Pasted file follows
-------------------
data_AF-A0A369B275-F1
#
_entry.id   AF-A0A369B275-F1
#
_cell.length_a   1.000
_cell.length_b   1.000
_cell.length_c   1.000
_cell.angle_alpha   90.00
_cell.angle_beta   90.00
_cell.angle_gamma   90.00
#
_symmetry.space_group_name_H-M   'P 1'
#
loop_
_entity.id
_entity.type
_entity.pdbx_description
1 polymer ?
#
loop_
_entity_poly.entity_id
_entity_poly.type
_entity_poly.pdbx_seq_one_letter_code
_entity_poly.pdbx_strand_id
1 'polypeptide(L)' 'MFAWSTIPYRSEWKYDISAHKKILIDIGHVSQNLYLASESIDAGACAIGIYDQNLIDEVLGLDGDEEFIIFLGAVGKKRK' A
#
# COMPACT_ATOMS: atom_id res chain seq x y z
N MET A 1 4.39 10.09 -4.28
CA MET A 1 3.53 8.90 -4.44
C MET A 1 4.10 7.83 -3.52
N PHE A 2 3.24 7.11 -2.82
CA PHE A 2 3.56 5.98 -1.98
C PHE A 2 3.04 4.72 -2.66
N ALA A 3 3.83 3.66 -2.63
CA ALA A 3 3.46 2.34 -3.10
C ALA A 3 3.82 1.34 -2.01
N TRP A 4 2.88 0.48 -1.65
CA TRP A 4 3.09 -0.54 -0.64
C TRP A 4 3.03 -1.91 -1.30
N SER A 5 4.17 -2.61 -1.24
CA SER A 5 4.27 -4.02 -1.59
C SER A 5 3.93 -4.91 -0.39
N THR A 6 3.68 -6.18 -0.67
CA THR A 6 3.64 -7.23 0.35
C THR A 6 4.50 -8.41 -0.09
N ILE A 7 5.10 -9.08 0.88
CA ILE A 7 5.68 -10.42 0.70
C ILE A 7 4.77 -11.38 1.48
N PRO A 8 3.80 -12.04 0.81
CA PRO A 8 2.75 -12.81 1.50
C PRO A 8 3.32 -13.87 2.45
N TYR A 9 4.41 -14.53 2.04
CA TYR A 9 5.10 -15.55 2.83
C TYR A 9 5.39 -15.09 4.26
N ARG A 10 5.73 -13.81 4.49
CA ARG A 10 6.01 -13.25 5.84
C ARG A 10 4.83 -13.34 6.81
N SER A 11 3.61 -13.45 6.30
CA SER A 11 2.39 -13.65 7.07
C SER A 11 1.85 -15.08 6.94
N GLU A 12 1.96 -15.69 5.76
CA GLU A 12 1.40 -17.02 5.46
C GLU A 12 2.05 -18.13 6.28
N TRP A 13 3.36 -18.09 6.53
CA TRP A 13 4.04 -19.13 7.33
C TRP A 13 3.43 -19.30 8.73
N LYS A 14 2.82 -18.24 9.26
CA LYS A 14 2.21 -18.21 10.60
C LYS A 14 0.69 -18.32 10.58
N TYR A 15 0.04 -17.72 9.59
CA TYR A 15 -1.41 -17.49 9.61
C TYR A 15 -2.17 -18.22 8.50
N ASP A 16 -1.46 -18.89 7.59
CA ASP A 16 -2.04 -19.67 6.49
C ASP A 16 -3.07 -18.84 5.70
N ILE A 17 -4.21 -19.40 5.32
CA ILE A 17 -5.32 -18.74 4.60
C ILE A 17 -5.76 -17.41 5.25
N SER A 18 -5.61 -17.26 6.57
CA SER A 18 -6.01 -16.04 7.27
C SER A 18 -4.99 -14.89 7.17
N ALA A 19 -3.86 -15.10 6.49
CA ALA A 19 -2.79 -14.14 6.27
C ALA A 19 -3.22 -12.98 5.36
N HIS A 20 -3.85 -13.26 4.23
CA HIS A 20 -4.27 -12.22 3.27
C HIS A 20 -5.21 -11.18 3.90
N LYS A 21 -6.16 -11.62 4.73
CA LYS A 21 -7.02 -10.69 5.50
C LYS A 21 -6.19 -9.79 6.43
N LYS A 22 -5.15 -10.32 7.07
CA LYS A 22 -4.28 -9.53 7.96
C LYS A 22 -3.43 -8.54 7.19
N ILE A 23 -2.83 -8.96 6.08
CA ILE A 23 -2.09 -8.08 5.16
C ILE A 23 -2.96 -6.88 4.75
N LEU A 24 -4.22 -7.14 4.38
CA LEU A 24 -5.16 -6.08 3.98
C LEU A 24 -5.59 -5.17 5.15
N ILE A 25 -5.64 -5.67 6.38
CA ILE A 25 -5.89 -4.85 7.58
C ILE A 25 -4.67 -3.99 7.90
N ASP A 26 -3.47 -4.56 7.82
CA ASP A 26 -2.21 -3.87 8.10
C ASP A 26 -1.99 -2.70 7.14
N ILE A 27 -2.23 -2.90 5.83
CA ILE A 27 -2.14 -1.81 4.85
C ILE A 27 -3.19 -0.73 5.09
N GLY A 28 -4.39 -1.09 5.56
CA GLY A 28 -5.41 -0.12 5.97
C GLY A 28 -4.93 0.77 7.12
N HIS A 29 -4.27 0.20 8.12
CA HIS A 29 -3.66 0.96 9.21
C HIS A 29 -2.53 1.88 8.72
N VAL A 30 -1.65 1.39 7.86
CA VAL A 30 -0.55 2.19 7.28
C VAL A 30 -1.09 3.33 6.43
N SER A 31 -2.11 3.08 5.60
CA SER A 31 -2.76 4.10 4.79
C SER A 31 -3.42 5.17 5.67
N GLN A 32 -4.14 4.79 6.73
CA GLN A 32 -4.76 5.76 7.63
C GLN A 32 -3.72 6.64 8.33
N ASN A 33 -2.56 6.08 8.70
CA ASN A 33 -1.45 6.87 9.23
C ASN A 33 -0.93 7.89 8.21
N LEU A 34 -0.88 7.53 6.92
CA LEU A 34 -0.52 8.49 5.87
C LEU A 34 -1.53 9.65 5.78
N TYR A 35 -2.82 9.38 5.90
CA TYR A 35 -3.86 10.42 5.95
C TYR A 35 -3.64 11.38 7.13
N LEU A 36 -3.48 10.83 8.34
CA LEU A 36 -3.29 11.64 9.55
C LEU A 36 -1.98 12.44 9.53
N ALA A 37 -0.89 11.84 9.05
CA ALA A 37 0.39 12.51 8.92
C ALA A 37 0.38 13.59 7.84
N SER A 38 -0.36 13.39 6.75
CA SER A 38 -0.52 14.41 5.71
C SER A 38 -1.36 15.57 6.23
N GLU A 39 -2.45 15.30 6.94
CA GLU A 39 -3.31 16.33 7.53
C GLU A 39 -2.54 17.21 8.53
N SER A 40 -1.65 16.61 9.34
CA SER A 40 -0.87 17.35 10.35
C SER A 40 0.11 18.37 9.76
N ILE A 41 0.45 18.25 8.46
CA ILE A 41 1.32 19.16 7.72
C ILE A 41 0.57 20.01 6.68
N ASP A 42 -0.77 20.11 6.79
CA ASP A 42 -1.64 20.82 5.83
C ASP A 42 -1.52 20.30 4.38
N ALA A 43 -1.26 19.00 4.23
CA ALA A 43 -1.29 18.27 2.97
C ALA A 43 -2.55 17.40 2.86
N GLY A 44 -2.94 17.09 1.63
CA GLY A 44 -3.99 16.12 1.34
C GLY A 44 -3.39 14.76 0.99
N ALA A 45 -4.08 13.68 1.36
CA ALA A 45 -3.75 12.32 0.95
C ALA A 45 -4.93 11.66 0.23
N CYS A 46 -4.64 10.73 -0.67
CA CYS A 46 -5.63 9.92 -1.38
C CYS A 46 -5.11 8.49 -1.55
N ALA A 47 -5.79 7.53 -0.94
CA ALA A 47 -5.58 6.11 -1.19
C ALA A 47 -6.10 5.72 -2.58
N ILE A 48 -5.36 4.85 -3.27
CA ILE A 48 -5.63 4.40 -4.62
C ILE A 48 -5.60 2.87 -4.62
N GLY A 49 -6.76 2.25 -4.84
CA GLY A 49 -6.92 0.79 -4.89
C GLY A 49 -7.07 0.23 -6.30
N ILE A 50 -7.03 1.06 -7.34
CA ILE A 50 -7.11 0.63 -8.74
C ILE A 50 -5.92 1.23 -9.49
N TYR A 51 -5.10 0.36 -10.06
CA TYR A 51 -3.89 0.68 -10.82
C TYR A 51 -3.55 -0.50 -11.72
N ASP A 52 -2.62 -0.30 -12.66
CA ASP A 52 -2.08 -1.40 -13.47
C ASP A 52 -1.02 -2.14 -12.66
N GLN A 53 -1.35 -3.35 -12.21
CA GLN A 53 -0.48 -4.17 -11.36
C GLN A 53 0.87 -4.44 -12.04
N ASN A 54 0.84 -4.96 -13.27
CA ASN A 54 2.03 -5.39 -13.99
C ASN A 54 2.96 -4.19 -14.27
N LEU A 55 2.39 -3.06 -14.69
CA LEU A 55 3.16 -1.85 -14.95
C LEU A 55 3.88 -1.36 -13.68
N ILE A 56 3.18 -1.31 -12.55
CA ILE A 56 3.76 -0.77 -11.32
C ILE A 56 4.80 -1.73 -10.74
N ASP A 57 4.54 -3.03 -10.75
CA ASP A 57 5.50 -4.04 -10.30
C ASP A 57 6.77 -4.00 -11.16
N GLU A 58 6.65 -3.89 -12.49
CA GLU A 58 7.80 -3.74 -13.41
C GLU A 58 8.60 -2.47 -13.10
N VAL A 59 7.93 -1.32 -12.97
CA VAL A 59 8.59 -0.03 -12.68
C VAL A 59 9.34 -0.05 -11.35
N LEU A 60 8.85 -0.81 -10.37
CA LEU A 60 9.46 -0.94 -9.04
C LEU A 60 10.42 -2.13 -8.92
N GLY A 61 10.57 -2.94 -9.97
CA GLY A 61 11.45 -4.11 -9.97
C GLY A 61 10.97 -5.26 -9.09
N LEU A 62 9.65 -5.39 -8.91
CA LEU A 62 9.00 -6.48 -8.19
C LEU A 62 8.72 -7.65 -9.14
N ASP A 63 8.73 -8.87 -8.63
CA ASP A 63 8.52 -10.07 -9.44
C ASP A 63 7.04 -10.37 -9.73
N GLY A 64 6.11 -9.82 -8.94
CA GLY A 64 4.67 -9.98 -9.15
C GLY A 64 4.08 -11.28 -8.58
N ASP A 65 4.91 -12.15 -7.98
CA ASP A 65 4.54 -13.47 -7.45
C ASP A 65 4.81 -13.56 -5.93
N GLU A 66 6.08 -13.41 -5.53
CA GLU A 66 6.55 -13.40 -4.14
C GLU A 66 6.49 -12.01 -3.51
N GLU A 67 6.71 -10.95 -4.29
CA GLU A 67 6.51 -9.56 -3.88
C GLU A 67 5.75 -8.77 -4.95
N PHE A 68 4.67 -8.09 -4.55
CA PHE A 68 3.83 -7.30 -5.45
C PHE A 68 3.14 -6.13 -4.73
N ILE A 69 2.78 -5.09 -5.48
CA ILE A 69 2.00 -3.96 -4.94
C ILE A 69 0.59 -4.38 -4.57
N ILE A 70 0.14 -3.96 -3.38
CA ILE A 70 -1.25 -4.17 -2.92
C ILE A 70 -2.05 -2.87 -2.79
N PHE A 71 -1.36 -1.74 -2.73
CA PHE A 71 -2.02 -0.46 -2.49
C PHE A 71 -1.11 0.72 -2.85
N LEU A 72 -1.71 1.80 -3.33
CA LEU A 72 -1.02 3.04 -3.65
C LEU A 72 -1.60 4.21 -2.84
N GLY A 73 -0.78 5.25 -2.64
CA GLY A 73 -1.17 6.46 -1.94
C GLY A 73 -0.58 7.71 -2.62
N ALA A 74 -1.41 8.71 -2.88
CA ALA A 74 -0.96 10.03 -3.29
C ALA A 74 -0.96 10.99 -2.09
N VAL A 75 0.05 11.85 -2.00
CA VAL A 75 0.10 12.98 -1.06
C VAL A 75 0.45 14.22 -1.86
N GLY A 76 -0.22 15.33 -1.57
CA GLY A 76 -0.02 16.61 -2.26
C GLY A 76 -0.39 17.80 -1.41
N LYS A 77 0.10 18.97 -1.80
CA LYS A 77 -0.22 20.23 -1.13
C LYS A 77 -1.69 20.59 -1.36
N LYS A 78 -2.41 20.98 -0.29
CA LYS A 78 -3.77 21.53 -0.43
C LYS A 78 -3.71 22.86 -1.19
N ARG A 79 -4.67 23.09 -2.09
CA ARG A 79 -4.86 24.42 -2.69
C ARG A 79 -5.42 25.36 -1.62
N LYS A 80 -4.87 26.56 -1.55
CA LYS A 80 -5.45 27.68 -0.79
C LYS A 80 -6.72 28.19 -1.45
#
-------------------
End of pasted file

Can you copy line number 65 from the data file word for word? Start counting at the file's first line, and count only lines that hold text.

CA TRP A 13 4.04 -19.13 7.33